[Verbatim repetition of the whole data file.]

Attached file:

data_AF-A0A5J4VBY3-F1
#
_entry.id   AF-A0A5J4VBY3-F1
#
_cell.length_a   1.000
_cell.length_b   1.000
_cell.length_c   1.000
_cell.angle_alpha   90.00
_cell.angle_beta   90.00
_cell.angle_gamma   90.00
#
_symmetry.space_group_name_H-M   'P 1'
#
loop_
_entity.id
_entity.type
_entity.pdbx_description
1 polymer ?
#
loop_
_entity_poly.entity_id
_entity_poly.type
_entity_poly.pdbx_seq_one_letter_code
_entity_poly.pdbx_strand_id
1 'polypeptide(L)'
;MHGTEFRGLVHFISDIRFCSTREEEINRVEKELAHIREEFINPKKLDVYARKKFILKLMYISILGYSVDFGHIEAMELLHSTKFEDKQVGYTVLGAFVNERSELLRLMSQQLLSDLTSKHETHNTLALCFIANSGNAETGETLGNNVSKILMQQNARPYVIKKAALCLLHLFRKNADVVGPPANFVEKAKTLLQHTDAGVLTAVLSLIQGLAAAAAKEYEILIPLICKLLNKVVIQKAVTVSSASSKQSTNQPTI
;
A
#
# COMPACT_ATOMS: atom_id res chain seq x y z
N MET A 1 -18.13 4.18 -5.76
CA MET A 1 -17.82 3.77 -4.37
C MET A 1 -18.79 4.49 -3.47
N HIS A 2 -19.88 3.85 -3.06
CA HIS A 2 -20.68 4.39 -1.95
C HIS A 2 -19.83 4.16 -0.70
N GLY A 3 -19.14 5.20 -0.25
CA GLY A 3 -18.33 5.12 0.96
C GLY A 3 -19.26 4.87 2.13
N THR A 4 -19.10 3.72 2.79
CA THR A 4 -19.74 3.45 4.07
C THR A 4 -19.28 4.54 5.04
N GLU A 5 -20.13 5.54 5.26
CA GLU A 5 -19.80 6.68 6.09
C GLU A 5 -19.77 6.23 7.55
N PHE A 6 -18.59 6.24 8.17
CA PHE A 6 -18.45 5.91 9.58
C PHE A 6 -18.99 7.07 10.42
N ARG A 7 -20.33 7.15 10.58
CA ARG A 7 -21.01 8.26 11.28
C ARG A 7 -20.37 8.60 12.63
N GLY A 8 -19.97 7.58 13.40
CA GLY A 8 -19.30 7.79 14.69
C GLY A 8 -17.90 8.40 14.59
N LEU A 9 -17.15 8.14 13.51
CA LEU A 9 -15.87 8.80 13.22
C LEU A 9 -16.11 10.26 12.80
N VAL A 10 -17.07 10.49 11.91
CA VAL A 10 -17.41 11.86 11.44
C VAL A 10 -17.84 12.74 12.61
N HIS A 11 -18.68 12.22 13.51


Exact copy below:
data_AF-A0A5J4VBY3-F1
#
_entry.id   AF-A0A5J4VBY3-F1
#
_cell.length_a   1.000
_cell.length_b   1.000
_cell.length_c   1.000
_cell.angle_alpha   90.00
_cell.angle_beta   90.00
_cell.angle_gamma   90.00
#
_symmetry.space_group_name_H-M   'P 1'
#
loop_
_entity.id
_entity.type
_entity.pdbx_description
1 polymer ?
#
loop_
_entity_poly.entity_id
_entity_poly.type
_entity_poly.pdbx_seq_one_letter_code
_entity_poly.pdbx_strand_id
1 'polypeptide(L)'
;MHGTEFRGLVHFISDIRFCSTREEEINRVEKELAHIREEFINPKKLDVYARKKFILKLMYISILGYSVDFGHIEAMELLHSTKFEDKQVGYTVLGAFVNERSELLRLMSQQLLSDLTSKHETHNTLALCFIANSGNAETGETLGNNVSKILMQQNARPYVIKKAALCLLHLFRKNADVVGPPANFVEKAKTLLQHTDAGVLTAVLSLIQGLAAAAAKEYEILIPLICKLLNKVVIQKAVTVSSASSKQSTNQPTI
;
A
#
# COMPACT_ATOMS: atom_id res chain seq x y z
N MET A 1 -18.13 4.18 -5.76
CA MET A 1 -17.82 3.77 -4.37
C MET A 1 -18.79 4.49 -3.47
N HIS A 2 -19.88 3.85 -3.06
CA HIS A 2 -20.68 4.39 -1.95
C HIS A 2 -19.83 4.16 -0.70
N GLY A 3 -19.14 5.20 -0.25
CA GLY A 3 -18.33 5.12 0.96
C GLY A 3 -19.26 4.87 2.13
N THR A 4 -19.10 3.72 2.79
CA THR A 4 -19.74 3.45 4.07
C THR A 4 -19.28 4.54 5.04
N GLU A 5 -20.13 5.54 5.26
CA GLU A 5 -19.80 6.68 6.09
C GLU A 5 -19.77 6.23 7.55
N PHE A 6 -18.59 6.24 8.17
CA PHE A 6 -18.45 5.91 9.58
C PHE A 6 -18.99 7.07 10.42
N ARG A 7 -20.33 7.15 10.58
CA ARG A 7 -21.01 8.26 11.28
C ARG A 7 -20.37 8.60 12.63
N GLY A 8 -19.97 7.58 13.40
CA GLY A 8 -19.30 7.79 14.69
C GLY A 8 -17.90 8.40 14.59
N LEU A 9 -17.15 8.14 13.51
CA LEU A 9 -15.87 8.80 13.22
C LEU A 9 -16.11 10.26 12.80
N VAL A 10 -17.07 10.49 11.91
CA VAL A 10 -17.41 11.86 11.44
C VAL A 10 -17.84 12.74 12.61
N HIS A 11 -18.68 12.22 13.51